Dayton FOP Capt. John C. Post Lodge No. 44 was one of this country's early lodges to represent the interests of police officers.  It's associate organization, the Fraternal Order of Police Associates Lodge No. 1 was the 1st FOPA in the nation.

 

Dayton has been credited with issuing the world's 1st speeding ticket in 1904.  Harry Myers was traveling 12 miles per hour on West Third Street when he was ticketed.  It happenened four years before Harry (real name Henry C. Myers) became a hollywood actor.  His career would include appearing in 257 silent and "talking" films as well as directing 48 films.  Myers most famous role was with Charlie Chaplin in City Lights.
 
The reader can learn far more.  Read on!  Click on the various topics listed to the left side of this page to discover DPH.  In particular, click on Favorite Links to read historical accounts and other stories.
DPH Foundation, Inc. may be contacted by e-mail or by regular mail service at the following address:.

DPH Foundation, Inc.
P.O. Box 293157
Dayton, Ohio 45429-9157
 
           

Col. George Newcom's Tavern
The first jail was the tavern's dry well
 
Dayton... a Midwest police story, but one unlike others in this nation.

The history of law enforcement in Dayton goes as far back as the beginning of its settlement and embodies the story of Dayton itself.
 

Post-Revolutionary War, pioneers headed beyond the Appalachian range from larger eastern cities.  A main corridor for the movement westward was the Ohio River: from Pennsylvania and (West) Virginia to Kentucky and Ohio. 

 

Dayton was typical of many emerging cities throughout the Midwest during the frontier expansion.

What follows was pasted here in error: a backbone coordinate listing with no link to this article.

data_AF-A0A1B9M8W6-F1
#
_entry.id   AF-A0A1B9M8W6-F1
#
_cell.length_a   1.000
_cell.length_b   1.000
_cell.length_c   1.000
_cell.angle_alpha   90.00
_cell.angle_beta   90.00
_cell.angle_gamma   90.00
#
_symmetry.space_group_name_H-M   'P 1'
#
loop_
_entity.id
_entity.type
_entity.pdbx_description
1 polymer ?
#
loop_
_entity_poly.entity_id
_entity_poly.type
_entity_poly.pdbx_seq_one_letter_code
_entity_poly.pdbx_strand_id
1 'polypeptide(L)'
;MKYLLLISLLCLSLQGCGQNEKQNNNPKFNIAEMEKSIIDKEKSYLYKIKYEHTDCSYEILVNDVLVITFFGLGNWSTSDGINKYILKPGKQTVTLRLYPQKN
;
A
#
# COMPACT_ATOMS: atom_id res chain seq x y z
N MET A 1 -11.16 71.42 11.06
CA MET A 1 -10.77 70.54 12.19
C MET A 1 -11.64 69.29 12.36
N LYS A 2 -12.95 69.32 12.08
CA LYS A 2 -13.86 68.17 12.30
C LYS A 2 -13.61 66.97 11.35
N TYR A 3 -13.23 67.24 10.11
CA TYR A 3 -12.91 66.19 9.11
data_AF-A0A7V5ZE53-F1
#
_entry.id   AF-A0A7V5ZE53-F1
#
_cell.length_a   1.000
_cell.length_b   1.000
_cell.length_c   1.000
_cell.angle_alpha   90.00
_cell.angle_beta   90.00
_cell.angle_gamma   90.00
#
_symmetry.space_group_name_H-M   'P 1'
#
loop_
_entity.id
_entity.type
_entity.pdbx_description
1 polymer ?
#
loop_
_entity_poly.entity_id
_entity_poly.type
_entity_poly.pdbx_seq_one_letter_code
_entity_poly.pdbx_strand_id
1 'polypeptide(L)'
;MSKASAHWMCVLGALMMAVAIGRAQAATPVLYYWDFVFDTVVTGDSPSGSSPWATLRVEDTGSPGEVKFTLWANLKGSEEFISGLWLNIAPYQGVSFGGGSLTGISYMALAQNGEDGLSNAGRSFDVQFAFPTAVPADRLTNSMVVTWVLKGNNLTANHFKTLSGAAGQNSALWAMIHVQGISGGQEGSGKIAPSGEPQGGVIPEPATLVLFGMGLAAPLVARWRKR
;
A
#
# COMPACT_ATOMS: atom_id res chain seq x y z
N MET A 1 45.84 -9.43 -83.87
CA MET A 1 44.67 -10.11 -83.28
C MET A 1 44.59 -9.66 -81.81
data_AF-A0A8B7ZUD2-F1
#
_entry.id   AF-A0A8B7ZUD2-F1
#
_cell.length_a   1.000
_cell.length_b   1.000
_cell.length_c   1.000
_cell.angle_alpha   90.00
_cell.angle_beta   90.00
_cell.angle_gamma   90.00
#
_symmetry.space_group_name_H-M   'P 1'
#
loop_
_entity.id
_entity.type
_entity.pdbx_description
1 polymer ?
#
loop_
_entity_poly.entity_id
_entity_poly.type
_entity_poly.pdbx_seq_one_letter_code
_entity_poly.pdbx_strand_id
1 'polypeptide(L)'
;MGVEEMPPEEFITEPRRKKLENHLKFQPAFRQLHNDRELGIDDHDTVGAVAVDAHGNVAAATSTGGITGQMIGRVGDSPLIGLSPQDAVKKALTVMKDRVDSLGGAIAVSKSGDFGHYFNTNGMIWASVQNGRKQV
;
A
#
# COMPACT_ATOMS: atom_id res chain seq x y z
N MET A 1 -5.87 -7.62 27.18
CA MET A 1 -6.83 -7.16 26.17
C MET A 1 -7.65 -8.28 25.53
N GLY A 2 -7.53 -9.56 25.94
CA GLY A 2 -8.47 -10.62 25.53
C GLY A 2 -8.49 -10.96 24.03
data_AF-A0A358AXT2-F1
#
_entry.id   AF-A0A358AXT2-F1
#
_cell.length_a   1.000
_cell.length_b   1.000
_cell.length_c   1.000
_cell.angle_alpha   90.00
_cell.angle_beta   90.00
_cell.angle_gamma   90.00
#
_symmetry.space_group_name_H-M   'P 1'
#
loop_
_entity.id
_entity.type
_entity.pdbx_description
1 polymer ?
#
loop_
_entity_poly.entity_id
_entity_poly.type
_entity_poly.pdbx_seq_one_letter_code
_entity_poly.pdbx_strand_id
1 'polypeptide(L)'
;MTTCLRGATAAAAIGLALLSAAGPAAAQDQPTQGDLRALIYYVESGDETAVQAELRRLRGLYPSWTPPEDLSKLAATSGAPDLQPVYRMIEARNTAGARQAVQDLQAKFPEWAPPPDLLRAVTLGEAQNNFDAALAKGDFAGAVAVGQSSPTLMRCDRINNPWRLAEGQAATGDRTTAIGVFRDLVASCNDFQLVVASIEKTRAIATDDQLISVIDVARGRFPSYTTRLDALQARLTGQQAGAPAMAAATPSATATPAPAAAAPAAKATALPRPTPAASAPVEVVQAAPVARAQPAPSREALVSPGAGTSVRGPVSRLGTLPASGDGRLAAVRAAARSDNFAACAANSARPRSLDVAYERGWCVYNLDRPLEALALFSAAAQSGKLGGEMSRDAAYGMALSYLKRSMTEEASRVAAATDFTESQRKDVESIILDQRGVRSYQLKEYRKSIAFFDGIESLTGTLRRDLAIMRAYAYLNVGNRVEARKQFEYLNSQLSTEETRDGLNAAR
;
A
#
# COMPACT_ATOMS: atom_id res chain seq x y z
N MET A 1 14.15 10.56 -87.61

In 1796, Dayton was founded in a river wilderness on the western edge of the new frontier.  Named after a signer of the U.S. Constitution, Jonathan Dayton, this new community was settled along the banks of the confluence of the Great Miami and Mad Rivers.

 

Its population was meager - only 5 families at the start - but within a year, local police service began with the appointment of its first constable, Cyrus Osborn, in June 1797.

 Miami-Erie Canal looking toward E. First St.  ca. 1890

The adjacent buildings to the right still stand.

(the canal is now Patterson Blvd.)

 

By 1830, Dayton was second in Ohio to Cincinnati in population and was growing.  By the Civil War, Dayton was the 45th largest city in the nation.  Only the Ohio cities of Cincinnati and Cleveland were larger although the state capital, Columbus, was on the rise.  Dayton would remain a top 40's city for 110 years until 1970.  It remains a major Midwest metropolitan community.

 

As the city of Dayton grew in national prominence, it police history evolved in traditional (and also not so common) ways.

 

Whenever visiting this website, always check the DPH section titled Favorite Links.  Many stories written by DPH are found in this section as well as accounts and related topics of interest provided by others via the internet.  Favorite Links is routinely updated with new material.